Which does a terrible disservice to his exciting artwork... but there you go.

As for the Chanflation Controversy which ended up defining the night... I already posted my next-day reaction to Being There For It All. As for my other observations while I milled around that weekend, getting my dance and ladies’ finals fixes wherever I could... I’ll post more if y’all are interested, so let me know! For now, we are just a smattering of dozens of hours away from THE final event of this 2012-13 figure skating season—it’s time to move on before the World Team Trophy runs us over!!

P.S. Here's a great guide from Jackie Wong of The Examiner to help keep tabs on WTT, which will also be streamed by the ISU for free (as it was last year).

FROM THE MEN'S FINAL (my personal photos):

Misha Ge... Hip-Hop Chaplin
My view of the final flight warm-up

Denis Ten, ready to kiss the ice after his FS

Javi Fernandez w/Spanish flag after medals

Monday, April 1, 2013

A No-Foolin’ Look at My “Unseen” Worlds Awards

Don’t let the date fool you... this really is a list of Worlds Awards I've Imagined Which Don’t Actually Exist.

You follow?

I knew you would! Here we go...

BEST DEFENSE OF A WORLD TITLE WHILE SIMULTANEOUSLY GUSHING BLOOD: Carolina Kostner, of course. Okay, maybe “gushing” is a little extreme. But Ms. Kostner’s pre-free skate nosebleed—in a sport where the runny noses are commonplace, and the dry cleaning costs for lycra and crystals run high—might as well have been an open wound. But she handled it with grace, and still skated well enough to earn silver behind Kim Yu-Na’s mighty demonstration of flawlessness.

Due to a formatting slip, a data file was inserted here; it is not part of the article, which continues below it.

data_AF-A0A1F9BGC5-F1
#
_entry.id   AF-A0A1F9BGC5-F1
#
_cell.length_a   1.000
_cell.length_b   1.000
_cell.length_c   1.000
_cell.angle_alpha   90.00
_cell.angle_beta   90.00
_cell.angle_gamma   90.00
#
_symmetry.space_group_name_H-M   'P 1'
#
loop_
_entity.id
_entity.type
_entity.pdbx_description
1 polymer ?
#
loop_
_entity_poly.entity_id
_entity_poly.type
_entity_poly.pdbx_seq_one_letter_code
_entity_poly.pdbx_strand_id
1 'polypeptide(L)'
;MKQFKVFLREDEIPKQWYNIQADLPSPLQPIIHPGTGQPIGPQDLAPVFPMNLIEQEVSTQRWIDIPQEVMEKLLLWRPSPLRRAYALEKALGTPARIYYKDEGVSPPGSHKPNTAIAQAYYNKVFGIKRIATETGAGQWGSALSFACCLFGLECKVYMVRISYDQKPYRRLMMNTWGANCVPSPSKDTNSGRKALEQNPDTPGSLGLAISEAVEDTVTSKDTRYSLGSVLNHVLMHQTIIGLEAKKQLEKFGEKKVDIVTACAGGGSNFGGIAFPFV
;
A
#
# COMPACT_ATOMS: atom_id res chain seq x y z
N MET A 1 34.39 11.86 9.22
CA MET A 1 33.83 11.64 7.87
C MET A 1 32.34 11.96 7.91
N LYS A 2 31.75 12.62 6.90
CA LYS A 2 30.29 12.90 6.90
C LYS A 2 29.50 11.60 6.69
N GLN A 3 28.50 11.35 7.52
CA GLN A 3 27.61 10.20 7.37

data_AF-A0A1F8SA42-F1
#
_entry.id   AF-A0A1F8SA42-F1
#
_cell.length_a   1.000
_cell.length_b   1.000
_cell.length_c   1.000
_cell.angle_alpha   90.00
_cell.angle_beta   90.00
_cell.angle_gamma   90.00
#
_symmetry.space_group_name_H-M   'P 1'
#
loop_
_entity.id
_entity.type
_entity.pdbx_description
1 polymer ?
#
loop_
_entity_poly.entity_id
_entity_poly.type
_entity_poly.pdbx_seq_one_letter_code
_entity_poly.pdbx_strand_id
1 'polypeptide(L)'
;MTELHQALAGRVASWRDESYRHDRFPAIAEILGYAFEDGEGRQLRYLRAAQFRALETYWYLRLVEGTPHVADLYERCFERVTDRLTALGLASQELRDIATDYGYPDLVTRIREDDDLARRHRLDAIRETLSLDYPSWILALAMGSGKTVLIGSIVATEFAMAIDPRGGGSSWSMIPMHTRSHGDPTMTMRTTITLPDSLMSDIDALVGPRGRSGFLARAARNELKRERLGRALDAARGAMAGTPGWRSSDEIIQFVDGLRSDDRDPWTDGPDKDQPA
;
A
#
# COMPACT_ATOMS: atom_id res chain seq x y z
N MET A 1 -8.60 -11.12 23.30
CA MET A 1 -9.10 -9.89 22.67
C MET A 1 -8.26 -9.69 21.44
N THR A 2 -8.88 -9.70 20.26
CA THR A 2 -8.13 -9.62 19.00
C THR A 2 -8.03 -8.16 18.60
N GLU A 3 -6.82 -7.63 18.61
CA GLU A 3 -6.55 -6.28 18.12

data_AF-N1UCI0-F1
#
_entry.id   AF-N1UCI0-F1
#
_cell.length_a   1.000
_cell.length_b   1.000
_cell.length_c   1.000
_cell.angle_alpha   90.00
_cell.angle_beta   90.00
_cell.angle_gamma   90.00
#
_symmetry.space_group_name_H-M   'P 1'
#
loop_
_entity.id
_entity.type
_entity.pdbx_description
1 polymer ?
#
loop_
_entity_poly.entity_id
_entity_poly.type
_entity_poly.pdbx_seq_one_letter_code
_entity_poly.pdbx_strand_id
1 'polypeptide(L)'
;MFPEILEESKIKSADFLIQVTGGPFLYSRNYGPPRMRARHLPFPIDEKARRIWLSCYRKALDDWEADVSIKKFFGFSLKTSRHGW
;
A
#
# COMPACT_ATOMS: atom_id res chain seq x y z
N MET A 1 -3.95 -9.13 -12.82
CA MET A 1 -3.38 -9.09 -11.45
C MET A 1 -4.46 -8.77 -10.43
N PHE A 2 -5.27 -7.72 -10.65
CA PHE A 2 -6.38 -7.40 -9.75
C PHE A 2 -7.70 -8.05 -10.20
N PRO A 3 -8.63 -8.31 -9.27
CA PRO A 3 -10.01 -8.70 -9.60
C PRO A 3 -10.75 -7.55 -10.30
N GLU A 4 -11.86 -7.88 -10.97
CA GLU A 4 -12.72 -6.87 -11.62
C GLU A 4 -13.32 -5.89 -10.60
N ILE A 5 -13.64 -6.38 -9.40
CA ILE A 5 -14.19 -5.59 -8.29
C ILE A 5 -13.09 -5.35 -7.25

HONORABLE MENTION to whatever stream of coverage I was watching live at the time; if I recall correctly, they refrained from showing any close-ups of Kostner (and her still-bleeding nose) from start to finish of her performance.

THE “MIGHT WANT TO RE-THINK THAT STRATEGY” AWARD: We watched Ashley Wagner do 3/2 and 3/2/2 combos on her triple flip all season long (likewise, I think, regarding her 2ax/2toe combo)... though she acknowledged frequently that she’d need to make it a 3/3 and a 2ax/3Toe in order to be as technically competitive as she wanted to be. When it came time for her to meet the press prior to Worlds, Wagner indicated she had a 3/3 planned for both her SP and FS. But in the end, she attempted neither (and the 2ax/3T attempt was one of the low spots of an otherwise very good free skate). The moral to this story: maybe it’s time to stop skating conservatively. Two top-5 World finishes in a row has surely established Wagner as one of the best in the sport... I’d like to think she’ll start working that 3/3 from the GP series onward next season in an effort to be really comfortable with it when she needs it most: in the first three months of 2014.